AUGUSTA — For the Mt. Ararat/Brunswick wrestling team, this one was personal.

The Eagles were a favorite for the Kennebec Valley Athletic Conference Class A title a year ago, and had to watch as Camden Hills celebrated a victory by a mere 4.5 points.

They didn’t have to wait long for payback, however. Led by Most Outstanding Wrestler pick Ben Laurence and three other individual champions, Mt. Ararat/Brunswick scored 174 points and rolled to the KVAC A title, its first since 2008. Camden Hills was second at 151, followed by Skowhegan (123), Oxford Hills (121) and Nokomis (107.5).

So, did 2019 add any motivation for 2020?

“It absolutely did. It’s like, ‘What do we have to do?’ ” said coach Erick Jensen, who had six wrestlers make the championship final, all between 106 and 170 pounds. “This is one of the premier tournaments in Maine, and certainly one of the premier conferences in Maine. … I think they wrestled well, the whole team. Some kids that struggled early in the year got us a bunch of points in the early rounds.”

Another drought came to an end in Class B, where Belfast, led by 182-pound champion Brian White, won its first title since 2009. The Lions totaled 128 points to take down defending champion Medomak Valley (70), Mount View (55), Winslow (46) and MCI (41).


“We’ve got a great team. We’re on the young side, we’ve got four or five freshmen in our lineup, we’ve got a couple of sophomores, so half of our lineup is either freshman or sophomore year,” said coach Rick Kelley, whose team went 28-3 and lost only to Class A teams. “It’s very promising, it’s encouraging to do this well with such a young group.”

Connor Fournier (106) and Cameron Watts (220) joined White as finalists, while Brycen Kowalsky (120), Shea Farrell (132), Spencer LeClair (138), Caden Kowalsky (145), Brett Raio (152) and Laurence (170) made the finals for Mt. Ararat/Brunswick, and Kowalsky (5-0), Farrell (pin), LeClair (15-10) and Laurence (5-1) took titles.

The Class B Most Outstanding Wrestler award went to Mount View’s Mark Ward, who won last year’s state title at 145 pounds and began his pursuit of the 152-pound title by winning a second straight KVAC championship, made official with a 6-2 win over Raio.

“I knew I had a tough opponent in the finals. Coach (Hamilton Richards) told me to wrestle him like it’s New Englands,” Ward said. “I went out there, tried giving up as little points as possible and came away with the victory.”

Nokomis’s Calvin Peck avenged consecutive KVAC final losses, prevailing as the top seed at 126 pounds with a pin of Camden Hills’s Devin Hutcheson. Peck got to work early, shooting for Hutcheson twice to start the match, and taking him down with the second try.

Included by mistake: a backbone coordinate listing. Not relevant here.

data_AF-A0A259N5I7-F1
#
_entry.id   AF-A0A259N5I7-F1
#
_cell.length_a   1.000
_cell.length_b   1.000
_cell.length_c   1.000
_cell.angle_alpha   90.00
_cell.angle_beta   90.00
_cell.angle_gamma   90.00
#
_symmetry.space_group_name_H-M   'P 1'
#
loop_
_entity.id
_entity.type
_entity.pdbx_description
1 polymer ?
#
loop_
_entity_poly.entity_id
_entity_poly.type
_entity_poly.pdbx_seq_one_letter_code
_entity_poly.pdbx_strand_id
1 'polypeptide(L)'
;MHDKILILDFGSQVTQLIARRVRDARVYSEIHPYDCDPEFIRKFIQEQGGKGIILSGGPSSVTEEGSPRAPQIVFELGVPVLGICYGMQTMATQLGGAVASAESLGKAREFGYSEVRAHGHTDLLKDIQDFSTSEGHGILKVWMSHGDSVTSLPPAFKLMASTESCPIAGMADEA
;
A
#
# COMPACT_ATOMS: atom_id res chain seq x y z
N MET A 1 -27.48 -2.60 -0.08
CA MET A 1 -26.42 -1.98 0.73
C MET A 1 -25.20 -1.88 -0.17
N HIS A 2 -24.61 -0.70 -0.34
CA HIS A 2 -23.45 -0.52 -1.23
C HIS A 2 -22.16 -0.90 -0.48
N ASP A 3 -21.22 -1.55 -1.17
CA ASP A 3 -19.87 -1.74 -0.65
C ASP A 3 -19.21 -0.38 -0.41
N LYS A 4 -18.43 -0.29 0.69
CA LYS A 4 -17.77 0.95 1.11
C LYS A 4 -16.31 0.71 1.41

“It’s been a long-time coming to get this, I’ve worked really hard for this,” said Peck, who reached 100 career wins with his first victory of the day. “Last year, I hated shooting. I took two shots all season. This season, I’ve really been trying to focus on pushing the aggression and going after it the entire match.”


Few wrestlers worked harder for a title than Skowhegan freshman Hunter McEwen, who won the 160-pound championship. McEwen needed overtime in the final to beat Morse’s Ben Brewer, eventually winning 5-4 in sudden death.

The overtimes weren’t an accident. McEwen knew he wouldn’t be able to pin Brewer right away, so he worked on making sure he’d be able to outlast him.

“This is like my ninth or 10th overtime match this year,” he said. “I wanted to conserve as much energy as possible with these kinds of wrestlers. Ben Brewer’s an amazing wrestler. Conserving energy against tougher opponents for me is my biggest factor. Being a freshman, it’s hard to compete against the juniors and seniors out here.”

Brewer nearly won at the end of the third period, but didn’t get the points for a takedown. That set up sudden death, where McEwen had to stay on top of Brewer for 30 seconds to win. A blood timeout with just over 20 seconds left helped McEwen find the energy he needed.

“Blood time really saved me,” he said. “I’d been sick the last few days.”

It was an opposite story at 285 pounds, where Winslow’s Alex Demers needed only 14 seconds to pin Skowhegan’s Brayden Doucette in the final. Doucette beat second seed Mohammad Aljendi of Cony, but was a second slow to counter Demers’s takedown attempt and couldn’t escape.

“My last match, I didn’t expect that. I was so nervous getting ready,” said Demers, who was third last year. “I always am for any final match. It just sometimes happens in wrestling. … You get a takedown, and sometimes there are a lot of mental things. Your opponent gets taken down and they’re like ‘Oh no, what do I do now?’ … It’s all a mental sport.”

Other titles went to Julian Henderson (106), Eric Andrews (113) and Ian Henderson (145) of Camden Hills, Erik Benner (195) of Medomak Valley and Jeffrey Worster (220) of Oxford Hills. Other finalists included Aiden Clark (120) and Robert Davies (132) of Skowhegan, Aaron Lettre (195) of Cony, Isaiah Morin (138) of Nokomis, Tucker Nicholas (170) of Mt. Blue, Dillon Worster (182) of Oxford Hills.

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